Philadelphia — Several hundred participants gathered at the Cathedral Basilica of SS. Peter and Paul Sept. 14 for a prayer vigil organized by the Archdiocese of Philadelphia in response to the ongoing clerical sexual abuse crisis.
The seven-hour event, titled "Have Mercy on Us, O Lord," centered on both communal and private prayer during an evening of eucharistic adoration. Fr. Dennis Gill, director of the archdiocesan Office for Divine Worship, presided over the vigil, which began at 5 p.m. and ended with benediction at midnight.
Attendance averaged between 100 and 125 at the beginning and end of the vigil and up to 400 from 7-9 p.m.
The sacrament of reconciliation was available throughout the service, which was designed as "a prayer vigil of reparation and petition," according to Gill.
"The members of the church, the body of Christ, are in real pain from sexual abuse, the failure of leadership and the sense of betrayal," he said. "We need healing. Many things are required for this healing, and one of those things is for Catholics to come together and pray."
In a statement to local media, archdiocesan spokesman Kenneth Gavin said that "as a Catholic faith community, prayer and a personal relationship with Jesus Christ is central to all that we do."
At the same time, he added, prayer is "only one aspect" of the archdiocesan response to the "societal scourge of child abuse."
Four counselors from the archdiocese's Office for Child and Youth Protection were on hand from 7 to 8 p.m., along with two additional counselors.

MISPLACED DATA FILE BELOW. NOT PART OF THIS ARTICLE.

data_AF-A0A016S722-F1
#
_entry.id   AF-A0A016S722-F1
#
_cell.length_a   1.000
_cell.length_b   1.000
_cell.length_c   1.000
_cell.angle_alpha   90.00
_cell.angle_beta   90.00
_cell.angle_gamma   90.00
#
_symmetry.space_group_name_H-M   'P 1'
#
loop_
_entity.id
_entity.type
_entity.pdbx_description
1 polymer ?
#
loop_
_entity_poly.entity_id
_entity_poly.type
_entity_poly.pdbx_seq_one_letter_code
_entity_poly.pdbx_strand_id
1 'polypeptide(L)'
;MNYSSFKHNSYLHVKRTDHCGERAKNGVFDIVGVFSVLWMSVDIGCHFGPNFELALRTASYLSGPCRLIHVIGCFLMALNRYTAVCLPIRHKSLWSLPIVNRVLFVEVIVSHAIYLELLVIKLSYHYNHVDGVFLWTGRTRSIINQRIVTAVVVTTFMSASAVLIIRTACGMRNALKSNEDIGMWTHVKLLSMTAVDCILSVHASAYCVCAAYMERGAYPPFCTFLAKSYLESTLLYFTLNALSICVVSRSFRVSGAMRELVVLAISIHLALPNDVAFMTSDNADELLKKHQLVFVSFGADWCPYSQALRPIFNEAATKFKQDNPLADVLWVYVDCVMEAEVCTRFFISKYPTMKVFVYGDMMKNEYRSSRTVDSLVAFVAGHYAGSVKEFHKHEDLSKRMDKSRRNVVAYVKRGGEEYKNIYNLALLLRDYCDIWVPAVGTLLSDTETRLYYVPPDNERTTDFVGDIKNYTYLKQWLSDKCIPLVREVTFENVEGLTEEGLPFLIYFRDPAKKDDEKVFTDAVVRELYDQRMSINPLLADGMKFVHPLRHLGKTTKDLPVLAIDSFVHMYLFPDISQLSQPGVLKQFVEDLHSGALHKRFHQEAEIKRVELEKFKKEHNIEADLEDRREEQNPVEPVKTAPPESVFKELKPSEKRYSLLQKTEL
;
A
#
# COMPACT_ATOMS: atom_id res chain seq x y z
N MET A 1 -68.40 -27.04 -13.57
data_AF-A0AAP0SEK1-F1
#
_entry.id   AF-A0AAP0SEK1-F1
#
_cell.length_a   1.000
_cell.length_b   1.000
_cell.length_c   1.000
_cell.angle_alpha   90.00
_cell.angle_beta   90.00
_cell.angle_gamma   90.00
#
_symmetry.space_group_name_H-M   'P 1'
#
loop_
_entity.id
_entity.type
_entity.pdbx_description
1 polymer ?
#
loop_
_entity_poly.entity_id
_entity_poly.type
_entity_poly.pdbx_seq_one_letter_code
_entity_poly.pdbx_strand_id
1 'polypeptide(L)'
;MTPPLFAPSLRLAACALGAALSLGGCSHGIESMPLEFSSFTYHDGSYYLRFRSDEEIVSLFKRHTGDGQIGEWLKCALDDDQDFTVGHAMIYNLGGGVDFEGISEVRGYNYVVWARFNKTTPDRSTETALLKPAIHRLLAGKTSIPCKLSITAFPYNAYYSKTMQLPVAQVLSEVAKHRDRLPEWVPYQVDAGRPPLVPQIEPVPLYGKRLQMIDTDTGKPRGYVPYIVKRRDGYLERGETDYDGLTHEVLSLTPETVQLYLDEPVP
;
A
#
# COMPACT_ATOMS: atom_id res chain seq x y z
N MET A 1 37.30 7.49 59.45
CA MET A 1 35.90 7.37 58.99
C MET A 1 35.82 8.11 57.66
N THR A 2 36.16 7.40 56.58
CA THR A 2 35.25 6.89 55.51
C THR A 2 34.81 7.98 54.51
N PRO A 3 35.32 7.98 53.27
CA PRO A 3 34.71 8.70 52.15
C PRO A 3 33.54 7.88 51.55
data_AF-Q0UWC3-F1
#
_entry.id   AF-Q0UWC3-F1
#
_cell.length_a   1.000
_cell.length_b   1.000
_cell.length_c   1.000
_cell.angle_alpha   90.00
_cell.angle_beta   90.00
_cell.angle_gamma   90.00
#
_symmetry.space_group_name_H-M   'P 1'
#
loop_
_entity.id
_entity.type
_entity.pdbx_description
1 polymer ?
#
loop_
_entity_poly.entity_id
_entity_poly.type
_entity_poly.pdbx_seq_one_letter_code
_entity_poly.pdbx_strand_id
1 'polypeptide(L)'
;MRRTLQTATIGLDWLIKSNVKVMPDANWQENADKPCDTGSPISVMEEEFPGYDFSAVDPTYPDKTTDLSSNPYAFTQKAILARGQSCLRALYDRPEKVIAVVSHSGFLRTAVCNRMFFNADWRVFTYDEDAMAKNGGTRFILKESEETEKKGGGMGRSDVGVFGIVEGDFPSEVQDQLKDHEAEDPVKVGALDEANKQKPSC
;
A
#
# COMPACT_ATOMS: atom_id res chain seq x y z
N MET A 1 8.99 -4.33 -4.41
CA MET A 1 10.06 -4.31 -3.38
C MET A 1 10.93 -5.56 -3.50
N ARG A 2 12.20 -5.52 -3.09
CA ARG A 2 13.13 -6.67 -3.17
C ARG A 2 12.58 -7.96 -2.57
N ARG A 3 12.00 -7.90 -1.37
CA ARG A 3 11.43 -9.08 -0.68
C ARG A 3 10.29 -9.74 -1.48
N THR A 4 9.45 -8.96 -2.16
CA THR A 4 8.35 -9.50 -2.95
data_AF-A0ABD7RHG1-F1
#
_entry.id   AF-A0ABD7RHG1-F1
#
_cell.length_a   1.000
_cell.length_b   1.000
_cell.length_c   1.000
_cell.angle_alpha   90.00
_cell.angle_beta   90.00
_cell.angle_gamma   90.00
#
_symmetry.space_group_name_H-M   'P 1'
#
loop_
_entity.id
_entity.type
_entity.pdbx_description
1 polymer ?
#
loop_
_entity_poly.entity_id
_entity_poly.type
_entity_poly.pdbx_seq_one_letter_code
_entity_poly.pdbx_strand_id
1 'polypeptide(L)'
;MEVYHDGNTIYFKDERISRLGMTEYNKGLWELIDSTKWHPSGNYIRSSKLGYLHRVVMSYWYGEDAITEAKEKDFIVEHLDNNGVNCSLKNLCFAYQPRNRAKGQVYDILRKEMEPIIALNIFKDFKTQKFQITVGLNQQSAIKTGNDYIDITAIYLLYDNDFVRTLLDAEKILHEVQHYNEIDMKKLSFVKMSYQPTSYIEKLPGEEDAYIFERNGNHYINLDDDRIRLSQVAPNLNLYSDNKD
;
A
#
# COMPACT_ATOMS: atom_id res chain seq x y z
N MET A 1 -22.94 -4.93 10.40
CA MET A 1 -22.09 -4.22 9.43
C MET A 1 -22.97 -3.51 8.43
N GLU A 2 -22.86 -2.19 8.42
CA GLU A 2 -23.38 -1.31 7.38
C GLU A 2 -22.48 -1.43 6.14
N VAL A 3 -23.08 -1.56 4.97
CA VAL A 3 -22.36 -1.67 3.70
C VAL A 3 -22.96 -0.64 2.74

Terence Sweeney and Jessica Ferro, both of St. Francis de Sales Parish in West Philadelphia, said the vigil offered a constructive outlet for their grief and outrage.
"It gives us the opportunity to come together and to actually bring things to the Lord instead of just dwelling on them," said Ferro, who serves as the program and communications coordinator for the Collegium Institute, a Catholic intellectual foundation based at the University of Pennsylvania.
Sweeney added the gathering should serve as a model for similar services throughout the archdiocese.
"The cathedral is the place where leadership is supposed to radiate out," he said. "I think our parishes should host these vigils too."
Several seminarians in attendance expressed their support for all those affected by clerical abuse.
The vigil drew one protester who stood facing the cathedral's front doors with a poster of a young man's face and declined to speak with CatholicPhilly.com, the news outlet of the Archdiocese of Philadelphia.
Phong Le, a seminarian who stayed until the conclusion of the vigil, said that the evening had imbued him with a sense of the Lord's presence.
"I have a feeling of hope that God will purify our church," said Le.
Gill stressed that the vigil was ultimately an expression of confidence in Christ.
"This prayer is not a camouflage to distract from the evil and sin that surround us," he said. "Jesus is with us through all of this. He will not fail us, and we cannot fail him."